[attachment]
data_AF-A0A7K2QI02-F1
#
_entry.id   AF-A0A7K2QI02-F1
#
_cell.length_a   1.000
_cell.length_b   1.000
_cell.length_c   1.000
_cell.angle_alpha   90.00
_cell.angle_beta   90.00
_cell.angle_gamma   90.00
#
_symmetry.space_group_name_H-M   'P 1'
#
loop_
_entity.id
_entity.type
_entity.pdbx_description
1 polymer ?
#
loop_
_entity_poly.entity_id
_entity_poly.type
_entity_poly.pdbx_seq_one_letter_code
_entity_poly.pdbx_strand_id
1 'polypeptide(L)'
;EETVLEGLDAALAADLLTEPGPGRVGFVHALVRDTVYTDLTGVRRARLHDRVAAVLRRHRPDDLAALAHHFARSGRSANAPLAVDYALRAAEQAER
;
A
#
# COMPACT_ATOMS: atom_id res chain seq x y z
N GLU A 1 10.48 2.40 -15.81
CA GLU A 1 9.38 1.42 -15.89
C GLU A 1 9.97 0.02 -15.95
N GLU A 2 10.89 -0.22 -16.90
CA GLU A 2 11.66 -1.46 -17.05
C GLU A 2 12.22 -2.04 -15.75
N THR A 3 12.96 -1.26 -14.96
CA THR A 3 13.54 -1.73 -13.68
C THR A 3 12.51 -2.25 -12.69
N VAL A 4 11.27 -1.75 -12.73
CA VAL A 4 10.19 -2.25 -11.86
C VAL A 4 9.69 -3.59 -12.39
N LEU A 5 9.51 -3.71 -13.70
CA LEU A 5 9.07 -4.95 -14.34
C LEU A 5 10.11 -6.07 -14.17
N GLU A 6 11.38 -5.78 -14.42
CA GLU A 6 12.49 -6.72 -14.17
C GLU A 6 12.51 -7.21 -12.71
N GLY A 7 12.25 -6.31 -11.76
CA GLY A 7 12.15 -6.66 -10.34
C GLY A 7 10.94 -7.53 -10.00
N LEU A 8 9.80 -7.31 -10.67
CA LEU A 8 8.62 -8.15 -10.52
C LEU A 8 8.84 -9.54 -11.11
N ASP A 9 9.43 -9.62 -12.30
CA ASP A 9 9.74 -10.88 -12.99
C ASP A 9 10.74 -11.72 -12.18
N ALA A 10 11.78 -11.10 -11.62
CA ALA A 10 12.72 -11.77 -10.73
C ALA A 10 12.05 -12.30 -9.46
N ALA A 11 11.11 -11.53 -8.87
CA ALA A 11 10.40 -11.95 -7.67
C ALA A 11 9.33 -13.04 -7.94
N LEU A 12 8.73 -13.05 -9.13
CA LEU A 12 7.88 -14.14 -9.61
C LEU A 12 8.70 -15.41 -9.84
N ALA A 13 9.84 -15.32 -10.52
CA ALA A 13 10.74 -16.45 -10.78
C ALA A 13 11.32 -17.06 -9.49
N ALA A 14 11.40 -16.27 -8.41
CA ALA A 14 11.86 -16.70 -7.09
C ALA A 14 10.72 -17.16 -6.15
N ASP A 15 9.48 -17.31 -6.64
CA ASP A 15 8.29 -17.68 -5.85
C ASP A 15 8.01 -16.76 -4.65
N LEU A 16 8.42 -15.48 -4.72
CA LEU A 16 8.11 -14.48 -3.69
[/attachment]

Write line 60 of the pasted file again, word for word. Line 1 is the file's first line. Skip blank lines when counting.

C ALA A 10 12.05 -12.30 -9.46